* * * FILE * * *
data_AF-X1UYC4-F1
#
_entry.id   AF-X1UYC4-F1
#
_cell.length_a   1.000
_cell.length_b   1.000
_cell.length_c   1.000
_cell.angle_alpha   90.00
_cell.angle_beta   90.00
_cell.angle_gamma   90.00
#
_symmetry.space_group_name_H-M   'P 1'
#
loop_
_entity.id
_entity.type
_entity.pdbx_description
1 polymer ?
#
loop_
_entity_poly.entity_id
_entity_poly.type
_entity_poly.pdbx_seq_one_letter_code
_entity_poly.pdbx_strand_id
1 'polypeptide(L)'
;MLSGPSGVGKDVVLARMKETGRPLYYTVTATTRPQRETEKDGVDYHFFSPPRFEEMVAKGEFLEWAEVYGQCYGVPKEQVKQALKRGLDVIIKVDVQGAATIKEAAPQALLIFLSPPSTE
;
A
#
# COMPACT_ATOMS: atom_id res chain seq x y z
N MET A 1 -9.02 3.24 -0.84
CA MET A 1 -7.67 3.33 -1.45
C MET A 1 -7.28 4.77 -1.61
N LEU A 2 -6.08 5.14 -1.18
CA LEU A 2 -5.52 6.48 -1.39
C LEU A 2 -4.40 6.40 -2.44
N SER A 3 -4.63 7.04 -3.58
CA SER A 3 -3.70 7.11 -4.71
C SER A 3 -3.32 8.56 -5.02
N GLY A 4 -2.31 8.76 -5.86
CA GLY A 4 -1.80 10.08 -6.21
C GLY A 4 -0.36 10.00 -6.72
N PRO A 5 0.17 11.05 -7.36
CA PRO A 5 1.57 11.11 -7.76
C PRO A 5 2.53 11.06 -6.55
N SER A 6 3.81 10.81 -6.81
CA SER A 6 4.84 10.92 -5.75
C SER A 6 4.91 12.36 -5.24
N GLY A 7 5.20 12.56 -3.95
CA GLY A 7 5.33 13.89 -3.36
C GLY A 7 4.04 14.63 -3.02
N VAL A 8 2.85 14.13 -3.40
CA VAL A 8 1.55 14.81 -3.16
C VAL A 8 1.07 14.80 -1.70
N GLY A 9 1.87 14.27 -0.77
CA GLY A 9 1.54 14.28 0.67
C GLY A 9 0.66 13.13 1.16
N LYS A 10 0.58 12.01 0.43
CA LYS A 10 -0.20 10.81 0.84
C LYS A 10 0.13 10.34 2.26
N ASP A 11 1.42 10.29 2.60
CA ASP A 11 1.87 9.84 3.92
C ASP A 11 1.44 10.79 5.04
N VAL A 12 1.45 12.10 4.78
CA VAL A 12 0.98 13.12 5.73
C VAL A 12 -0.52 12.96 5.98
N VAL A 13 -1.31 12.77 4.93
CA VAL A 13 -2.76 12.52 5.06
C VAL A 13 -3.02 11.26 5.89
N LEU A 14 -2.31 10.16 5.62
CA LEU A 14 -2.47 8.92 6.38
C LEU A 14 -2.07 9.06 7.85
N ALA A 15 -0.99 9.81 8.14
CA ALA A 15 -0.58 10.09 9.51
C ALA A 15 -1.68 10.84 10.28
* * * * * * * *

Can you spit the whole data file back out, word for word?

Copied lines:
data_AF-X1UYC4-F1
#
_entry.id   AF-X1UYC4-F1
#
_cell.length_a   1.000
_cell.length_b   1.000
_cell.length_c   1.000
_cell.angle_alpha   90.00
_cell.angle_beta   90.00
_cell.angle_gamma   90.00
#
_symmetry.space_group_name_H-M   'P 1'
#
loop_
_entity.id
_entity.type
_entity.pdbx_description
1 polymer ?
#
loop_
_entity_poly.entity_id
_entity_poly.type
_entity_poly.pdbx_seq_one_letter_code
_entity_poly.pdbx_strand_id
1 'polypeptide(L)'
;MLSGPSGVGKDVVLARMKETGRPLYYTVTATTRPQRETEKDGVDYHFFSPPRFEEMVAKGEFLEWAEVYGQCYGVPKEQVKQALKRGLDVIIKVDVQGAATIKEAAPQALLIFLSPPSTE
;
A
#
# COMPACT_ATOMS: atom_id res chain seq x y z
N MET A 1 -9.02 3.24 -0.84
CA MET A 1 -7.67 3.33 -1.45
C MET A 1 -7.28 4.77 -1.61
N LEU A 2 -6.08 5.14 -1.18
CA LEU A 2 -5.52 6.48 -1.39
C LEU A 2 -4.40 6.40 -2.44
N SER A 3 -4.63 7.04 -3.58
CA SER A 3 -3.70 7.11 -4.71
C SER A 3 -3.32 8.56 -5.02
N GLY A 4 -2.31 8.76 -5.86
CA GLY A 4 -1.80 10.08 -6.21
C GLY A 4 -0.36 10.00 -6.72
N PRO A 5 0.17 11.05 -7.36
CA PRO A 5 1.57 11.11 -7.76
C PRO A 5 2.53 11.06 -6.55
N SER A 6 3.81 10.81 -6.81
CA SER A 6 4.84 10.92 -5.75
C SER A 6 4.91 12.36 -5.24
N GLY A 7 5.20 12.56 -3.95
CA GLY A 7 5.33 13.89 -3.36
C GLY A 7 4.04 14.63 -3.02
N VAL A 8 2.85 14.13 -3.40
CA VAL A 8 1.55 14.81 -3.16
C VAL A 8 1.07 14.80 -1.70
N GLY A 9 1.87 14.27 -0.77
CA GLY A 9 1.54 14.28 0.67
C GLY A 9 0.66 13.13 1.16
N LYS A 10 0.58 12.01 0.43
CA LYS A 10 -0.20 10.81 0.84
C LYS A 10 0.13 10.34 2.26
N ASP A 11 1.42 10.29 2.60
CA ASP A 11 1.87 9.84 3.92
C ASP A 11 1.44 10.79 5.04
N VAL A 12 1.45 12.10 4.78
CA VAL A 12 0.98 13.12 5.73
C VAL A 12 -0.52 12.96 5.98
N VAL A 13 -1.31 12.77 4.93
CA VAL A 13 -2.76 12.52 5.06
C VAL A 13 -3.02 11.26 5.89
N LEU A 14 -2.31 10.16 5.62
CA LEU A 14 -2.47 8.92 6.38
C LEU A 14 -2.07 9.06 7.85
N ALA A 15 -0.99 9.81 8.14
CA ALA A 15 -0.58 10.09 9.51
C ALA A 15 -1.68 10.84 10.28